Social Bookmarking


Published on

Published in: Technology, Health & Medicine
  • Be the first to comment

  • Be the first to like this

No Downloads
Total views
On SlideShare
From Embeds
Number of Embeds
Embeds 0
No embeds

No notes for slide

Social Bookmarking

  1. 1. ENGR 6923: Information Technology Tools for Engineers Dimitrios J. Hazimihalis, P.E.
  2. 2. <ul><li>The Practice of saving bookmarks to a public Web site and “tagging” them with key words. </li></ul><ul><li>To create a collection of social bookmarks, you register with a social bookmarking site, which lets you store bookmarks, add tags of your choice, and designate individual bookmarks as public or private. </li></ul>
  3. 3. <ul><li>Social bookmarking opens the door to new ways of organizing information and categorizing resources. </li></ul><ul><li>The creator of a bookmark assigns tags to each resource, resulting in a user-directed, “amateur” method of classifying information. </li></ul><ul><li>Social bookmarking services indicate who created each bookmark and provide access to that person’s other bookmarked resources. </li></ul><ul><li>Users can easily make social connections with other individuals interested in just about any topic. </li></ul>
  4. 4. <ul><li>Users can also see how many people have used a tag and search for all resources that have been assigned that tag. </li></ul><ul><li>In this way, the community of users over time will develop a unique structure of keywords to define resources. </li></ul>
  5. 5. <ul><li> Collaborating filter for bookmarks </li></ul><ul><li>Stumble Upon – Site to share Web sites that one finds interesting </li></ul><ul><li>Digg – Site that allows you to rank websites and news </li></ul>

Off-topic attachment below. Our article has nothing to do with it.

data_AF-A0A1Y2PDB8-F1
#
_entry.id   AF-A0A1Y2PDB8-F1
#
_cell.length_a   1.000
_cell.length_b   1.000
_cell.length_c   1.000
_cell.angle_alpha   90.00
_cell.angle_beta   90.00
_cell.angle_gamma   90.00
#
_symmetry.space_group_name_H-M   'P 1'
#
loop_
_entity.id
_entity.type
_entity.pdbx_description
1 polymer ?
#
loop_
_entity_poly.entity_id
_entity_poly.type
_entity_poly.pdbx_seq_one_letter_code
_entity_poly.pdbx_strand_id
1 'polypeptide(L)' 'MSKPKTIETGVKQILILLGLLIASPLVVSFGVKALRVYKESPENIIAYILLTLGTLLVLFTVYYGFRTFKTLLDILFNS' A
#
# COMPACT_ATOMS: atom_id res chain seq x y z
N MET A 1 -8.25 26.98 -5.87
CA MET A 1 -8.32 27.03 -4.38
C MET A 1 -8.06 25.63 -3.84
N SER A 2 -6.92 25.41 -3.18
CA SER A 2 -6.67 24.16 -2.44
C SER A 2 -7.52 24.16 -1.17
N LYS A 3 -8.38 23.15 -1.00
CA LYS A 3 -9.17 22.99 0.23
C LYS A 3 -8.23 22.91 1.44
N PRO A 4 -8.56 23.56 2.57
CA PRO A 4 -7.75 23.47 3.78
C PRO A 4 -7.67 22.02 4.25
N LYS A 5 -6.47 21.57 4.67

6. 6. <ul><li>Activities like social bookmarking give users the opportunity to express differing perspectives on information and resources through informal organizational structures. </li></ul><ul><li>This process allows like-minded individuals to find one another and create new communities of users that continue to influence the ongoing evolution of common tags for resources. </li></ul>
  7. 7. <ul><li>Social bookmarking is done by amateurs. </li></ul><ul><li>There is no oversight as to how resources are organized and tagged. </li></ul><ul><li>This can lead to inconsistent or otherwise poor use of tags. </li></ul><ul><li>Because social bookmarking reflects the values of the community of users, there is a risk of presenting a skewed view of the value of any particular topic. </li></ul><ul><li>Storing data in yet another location that you have to maintain and update. </li></ul>
  8. 8. <ul><li>Tagging information resources with keywords has the potential to change how we store and find information. </li></ul><ul><li>It may become less important to know and remember where information was found and more important to know how to retrieve it using a framework created by and shared with peers and colleagues. </li></ul><ul><li>Social bookmarking simplifies the distribution of reference lists, bibliographies, papers, and other resources among peers. </li></ul>
  9. 9. <ul><li>The ideas that social bookmarking is built on are working their way into other applications. </li></ul><ul><li>The practice of tagging information is being extended to other types of resources, such as multimedia files and e-mail. </li></ul><ul><li>As the landscape for online resources changes and new systems of classifying those resources emerge and mature, the design and function of databases themselves may ultimately be changed to accommodate new ways of managing information. </li></ul>